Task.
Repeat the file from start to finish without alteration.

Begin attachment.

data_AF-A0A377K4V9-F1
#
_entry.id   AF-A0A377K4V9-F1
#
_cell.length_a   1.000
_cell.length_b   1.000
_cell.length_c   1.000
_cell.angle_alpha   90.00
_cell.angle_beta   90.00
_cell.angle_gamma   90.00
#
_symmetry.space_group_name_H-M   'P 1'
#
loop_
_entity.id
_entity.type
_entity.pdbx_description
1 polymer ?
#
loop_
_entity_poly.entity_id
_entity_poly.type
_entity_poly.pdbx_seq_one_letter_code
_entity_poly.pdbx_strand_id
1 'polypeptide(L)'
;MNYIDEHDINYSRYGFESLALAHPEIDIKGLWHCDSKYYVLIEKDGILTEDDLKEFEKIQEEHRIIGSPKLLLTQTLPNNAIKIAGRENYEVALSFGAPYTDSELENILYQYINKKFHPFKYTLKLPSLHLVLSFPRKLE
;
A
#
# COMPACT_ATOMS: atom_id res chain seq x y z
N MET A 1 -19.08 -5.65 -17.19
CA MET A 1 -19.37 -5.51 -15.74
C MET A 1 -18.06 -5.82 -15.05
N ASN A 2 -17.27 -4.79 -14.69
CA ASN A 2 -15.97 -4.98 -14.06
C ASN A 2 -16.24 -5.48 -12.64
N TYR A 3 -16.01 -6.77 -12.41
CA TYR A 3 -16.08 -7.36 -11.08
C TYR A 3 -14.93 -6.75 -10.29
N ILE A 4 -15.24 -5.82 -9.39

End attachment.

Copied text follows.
data_AF-A0A377K4V9-F1
#
_entry.id   AF-A0A377K4V9-F1
#
_cell.length_a   1.000
_cell.length_b   1.000
_cell.length_c   1.000
_cell.angle_alpha   90.00
_cell.angle_beta   90.00
_cell.angle_gamma   90.00
#
_symmetry.space_group_name_H-M   'P 1'
#
loop_
_entity.id
_entity.type
_entity.pdbx_description
1 polymer ?
#
loop_
_entity_poly.entity_id
_entity_poly.type
_entity_poly.pdbx_seq_one_letter_code
_entity_poly.pdbx_strand_id
1 'polypeptide(L)'
;MNYIDEHDINYSRYGFESLALAHPEIDIKGLWHCDSKYYVLIEKDGILTEDDLKEFEKIQEEHRIIGSPKLLLTQTLPNNAIKIAGRENYEVALSFGAPYTDSELENILYQYINKKFHPFKYTLKLPSLHLVLSFPRKLE
;
A
#
# COMPACT_ATOMS: atom_id res chain seq x y z
N MET A 1 -19.08 -5.65 -17.19
CA MET A 1 -19.37 -5.51 -15.74
C MET A 1 -18.06 -5.82 -15.05
N ASN A 2 -17.27 -4.79 -14.69
CA ASN A 2 -15.97 -4.98 -14.06
C ASN A 2 -16.24 -5.48 -12.64
N TYR A 3 -16.01 -6.77 -12.41
CA TYR A 3 -16.08 -7.36 -11.08
C TYR A 3 -14.93 -6.75 -10.29
N ILE A 4 -15.24 -5.82 -9.39